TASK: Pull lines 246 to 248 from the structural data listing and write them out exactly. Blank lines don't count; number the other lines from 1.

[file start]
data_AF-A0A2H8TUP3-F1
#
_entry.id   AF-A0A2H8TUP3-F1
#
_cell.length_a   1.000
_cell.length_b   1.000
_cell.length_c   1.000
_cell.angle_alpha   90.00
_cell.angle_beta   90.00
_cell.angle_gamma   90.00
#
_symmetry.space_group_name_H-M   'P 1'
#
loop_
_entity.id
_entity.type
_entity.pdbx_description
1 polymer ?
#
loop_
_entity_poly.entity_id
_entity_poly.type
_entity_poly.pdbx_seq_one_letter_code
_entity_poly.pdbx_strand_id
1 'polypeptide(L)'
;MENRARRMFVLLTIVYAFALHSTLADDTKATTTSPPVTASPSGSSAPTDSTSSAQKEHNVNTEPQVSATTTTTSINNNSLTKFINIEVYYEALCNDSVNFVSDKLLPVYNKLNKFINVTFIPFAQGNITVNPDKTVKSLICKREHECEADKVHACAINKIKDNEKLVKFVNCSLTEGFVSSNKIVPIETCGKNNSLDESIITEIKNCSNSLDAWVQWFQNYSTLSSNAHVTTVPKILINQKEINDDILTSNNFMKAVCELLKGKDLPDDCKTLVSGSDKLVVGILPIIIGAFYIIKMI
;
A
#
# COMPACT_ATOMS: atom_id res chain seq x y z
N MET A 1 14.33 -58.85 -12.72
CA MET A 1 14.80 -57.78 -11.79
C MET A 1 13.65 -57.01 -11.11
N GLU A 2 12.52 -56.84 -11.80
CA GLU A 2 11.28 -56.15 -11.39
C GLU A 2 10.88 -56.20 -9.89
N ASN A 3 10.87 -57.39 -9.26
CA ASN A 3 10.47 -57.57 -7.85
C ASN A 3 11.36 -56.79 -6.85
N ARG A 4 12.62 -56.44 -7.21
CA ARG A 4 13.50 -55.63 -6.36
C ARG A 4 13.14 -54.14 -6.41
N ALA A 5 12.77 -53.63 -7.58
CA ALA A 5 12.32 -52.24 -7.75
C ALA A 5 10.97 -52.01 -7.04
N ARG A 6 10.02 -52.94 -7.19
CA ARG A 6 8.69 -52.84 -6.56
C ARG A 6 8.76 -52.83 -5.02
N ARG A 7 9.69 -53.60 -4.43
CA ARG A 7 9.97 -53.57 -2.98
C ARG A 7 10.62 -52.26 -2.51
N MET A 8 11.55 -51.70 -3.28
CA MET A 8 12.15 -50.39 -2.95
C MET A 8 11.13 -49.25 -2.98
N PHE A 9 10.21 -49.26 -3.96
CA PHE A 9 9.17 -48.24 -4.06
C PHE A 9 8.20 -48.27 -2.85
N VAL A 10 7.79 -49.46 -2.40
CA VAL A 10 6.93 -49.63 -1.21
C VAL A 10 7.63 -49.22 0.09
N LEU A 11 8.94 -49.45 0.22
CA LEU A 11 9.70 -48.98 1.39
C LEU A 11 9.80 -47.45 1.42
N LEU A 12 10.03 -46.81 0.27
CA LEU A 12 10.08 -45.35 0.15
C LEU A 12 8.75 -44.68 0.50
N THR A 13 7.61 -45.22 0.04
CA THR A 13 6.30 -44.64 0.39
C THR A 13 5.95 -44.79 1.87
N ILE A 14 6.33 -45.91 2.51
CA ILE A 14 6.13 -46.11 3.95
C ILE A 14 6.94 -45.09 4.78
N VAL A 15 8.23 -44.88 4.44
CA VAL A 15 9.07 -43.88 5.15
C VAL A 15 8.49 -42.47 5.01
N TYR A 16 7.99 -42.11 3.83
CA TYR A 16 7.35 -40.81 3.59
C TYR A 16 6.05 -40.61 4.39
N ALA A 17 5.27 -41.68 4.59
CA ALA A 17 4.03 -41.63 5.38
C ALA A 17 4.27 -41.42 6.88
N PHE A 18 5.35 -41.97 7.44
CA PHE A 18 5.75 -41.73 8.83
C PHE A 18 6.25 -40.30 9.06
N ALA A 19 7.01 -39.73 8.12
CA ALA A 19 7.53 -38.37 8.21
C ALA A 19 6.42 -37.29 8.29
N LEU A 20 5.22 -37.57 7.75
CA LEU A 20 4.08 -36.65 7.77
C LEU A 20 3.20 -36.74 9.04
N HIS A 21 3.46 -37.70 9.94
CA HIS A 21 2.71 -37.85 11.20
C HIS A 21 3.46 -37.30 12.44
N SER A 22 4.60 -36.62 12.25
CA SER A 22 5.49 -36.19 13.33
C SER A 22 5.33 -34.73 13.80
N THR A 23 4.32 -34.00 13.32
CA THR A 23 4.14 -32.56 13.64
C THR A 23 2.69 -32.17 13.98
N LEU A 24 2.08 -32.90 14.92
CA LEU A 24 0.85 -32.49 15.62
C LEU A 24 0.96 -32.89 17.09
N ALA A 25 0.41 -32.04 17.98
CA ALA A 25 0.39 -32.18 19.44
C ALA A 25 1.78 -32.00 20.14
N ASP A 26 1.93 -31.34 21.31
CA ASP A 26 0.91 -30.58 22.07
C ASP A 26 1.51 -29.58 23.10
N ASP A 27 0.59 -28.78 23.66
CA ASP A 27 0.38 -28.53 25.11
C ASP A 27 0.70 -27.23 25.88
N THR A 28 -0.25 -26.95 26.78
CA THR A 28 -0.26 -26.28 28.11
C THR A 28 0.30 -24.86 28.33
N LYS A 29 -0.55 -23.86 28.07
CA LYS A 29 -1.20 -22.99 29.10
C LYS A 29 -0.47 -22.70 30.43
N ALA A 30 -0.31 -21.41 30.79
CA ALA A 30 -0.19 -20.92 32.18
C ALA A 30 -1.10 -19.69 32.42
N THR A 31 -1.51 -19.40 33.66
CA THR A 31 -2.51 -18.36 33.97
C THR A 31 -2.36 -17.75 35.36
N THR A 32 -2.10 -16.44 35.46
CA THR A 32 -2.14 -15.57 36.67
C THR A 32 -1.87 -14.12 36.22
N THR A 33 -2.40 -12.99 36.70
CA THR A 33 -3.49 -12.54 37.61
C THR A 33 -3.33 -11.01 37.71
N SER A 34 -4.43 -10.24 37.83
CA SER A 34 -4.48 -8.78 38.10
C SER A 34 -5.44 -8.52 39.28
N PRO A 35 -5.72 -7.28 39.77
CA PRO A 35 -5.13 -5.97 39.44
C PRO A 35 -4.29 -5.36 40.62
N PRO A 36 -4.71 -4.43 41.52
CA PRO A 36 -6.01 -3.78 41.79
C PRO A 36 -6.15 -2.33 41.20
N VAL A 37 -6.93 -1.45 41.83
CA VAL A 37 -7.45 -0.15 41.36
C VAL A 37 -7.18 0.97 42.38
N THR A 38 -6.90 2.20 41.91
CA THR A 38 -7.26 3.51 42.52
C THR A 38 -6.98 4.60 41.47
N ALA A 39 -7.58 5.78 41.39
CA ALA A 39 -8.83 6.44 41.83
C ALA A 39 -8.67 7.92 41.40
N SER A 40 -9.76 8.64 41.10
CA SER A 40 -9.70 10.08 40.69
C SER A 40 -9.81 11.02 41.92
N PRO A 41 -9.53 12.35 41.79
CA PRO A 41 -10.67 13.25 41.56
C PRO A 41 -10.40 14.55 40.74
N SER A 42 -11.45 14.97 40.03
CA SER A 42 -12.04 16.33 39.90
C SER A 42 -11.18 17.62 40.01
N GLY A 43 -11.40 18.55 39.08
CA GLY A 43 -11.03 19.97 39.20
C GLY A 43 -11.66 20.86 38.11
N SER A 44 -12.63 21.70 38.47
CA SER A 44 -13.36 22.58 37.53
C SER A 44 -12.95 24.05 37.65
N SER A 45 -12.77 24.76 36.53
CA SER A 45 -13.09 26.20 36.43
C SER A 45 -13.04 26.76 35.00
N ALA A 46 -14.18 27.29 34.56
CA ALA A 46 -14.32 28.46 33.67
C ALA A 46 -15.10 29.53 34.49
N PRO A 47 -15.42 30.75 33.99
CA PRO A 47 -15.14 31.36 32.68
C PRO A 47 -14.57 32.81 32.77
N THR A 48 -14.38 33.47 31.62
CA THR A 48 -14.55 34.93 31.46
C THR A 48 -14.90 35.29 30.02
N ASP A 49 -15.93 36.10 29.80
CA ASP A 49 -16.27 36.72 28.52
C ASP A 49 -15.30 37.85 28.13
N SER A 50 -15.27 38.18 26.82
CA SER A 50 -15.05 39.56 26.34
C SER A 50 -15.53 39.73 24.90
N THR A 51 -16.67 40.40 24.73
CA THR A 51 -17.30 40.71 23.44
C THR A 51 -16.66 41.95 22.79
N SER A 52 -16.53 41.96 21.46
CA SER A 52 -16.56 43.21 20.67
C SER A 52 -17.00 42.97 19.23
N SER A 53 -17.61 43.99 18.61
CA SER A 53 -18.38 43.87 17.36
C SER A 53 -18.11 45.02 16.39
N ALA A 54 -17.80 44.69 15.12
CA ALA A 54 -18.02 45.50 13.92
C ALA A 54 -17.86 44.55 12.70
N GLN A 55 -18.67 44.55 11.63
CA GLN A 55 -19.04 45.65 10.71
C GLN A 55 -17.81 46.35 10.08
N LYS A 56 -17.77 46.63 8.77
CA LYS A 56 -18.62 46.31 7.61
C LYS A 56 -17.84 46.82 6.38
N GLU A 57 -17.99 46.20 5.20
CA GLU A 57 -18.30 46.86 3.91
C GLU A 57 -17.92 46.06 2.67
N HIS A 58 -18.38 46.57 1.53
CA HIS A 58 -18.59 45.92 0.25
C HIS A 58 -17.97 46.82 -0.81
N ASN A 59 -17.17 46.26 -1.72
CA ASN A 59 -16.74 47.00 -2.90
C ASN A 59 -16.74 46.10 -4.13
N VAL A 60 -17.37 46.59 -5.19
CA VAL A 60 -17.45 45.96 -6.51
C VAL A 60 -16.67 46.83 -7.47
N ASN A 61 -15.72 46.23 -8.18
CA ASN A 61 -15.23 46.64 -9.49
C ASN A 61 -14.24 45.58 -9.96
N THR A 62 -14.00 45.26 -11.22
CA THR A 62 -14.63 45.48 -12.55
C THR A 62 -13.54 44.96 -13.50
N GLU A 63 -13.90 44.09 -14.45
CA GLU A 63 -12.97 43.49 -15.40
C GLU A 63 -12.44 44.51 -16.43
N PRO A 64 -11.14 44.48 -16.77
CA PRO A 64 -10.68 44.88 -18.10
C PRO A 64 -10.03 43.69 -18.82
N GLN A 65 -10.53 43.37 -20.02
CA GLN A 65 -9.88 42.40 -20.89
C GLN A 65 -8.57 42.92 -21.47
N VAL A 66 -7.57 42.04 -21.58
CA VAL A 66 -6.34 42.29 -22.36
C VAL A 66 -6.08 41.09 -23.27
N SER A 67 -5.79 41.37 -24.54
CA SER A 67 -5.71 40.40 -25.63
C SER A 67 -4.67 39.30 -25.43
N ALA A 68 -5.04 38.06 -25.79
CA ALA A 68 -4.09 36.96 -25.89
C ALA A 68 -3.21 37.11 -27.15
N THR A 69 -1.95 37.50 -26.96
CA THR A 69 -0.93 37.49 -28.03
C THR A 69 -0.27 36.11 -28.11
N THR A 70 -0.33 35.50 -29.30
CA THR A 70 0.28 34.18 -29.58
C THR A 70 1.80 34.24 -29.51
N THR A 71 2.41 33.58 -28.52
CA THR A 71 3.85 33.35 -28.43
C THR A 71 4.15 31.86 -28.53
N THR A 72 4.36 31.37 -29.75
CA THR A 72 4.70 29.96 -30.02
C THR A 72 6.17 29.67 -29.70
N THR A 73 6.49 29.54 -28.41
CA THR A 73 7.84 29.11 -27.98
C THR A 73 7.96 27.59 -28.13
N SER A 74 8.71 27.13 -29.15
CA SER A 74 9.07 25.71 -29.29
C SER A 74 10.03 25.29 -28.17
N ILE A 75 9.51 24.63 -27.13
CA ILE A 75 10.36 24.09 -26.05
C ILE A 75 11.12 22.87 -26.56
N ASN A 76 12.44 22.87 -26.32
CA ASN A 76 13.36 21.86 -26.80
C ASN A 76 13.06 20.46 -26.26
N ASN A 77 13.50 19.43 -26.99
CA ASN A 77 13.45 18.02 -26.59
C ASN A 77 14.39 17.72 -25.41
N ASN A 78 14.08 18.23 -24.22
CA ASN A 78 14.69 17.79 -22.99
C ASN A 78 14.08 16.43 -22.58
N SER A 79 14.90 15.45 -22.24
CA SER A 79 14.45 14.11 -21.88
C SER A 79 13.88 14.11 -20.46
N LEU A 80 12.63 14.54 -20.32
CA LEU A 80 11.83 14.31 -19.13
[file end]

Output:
C THR A 72 6.17 29.67 -29.70
N THR A 73 6.49 29.54 -28.41
CA THR A 73 7.84 29.11 -27.98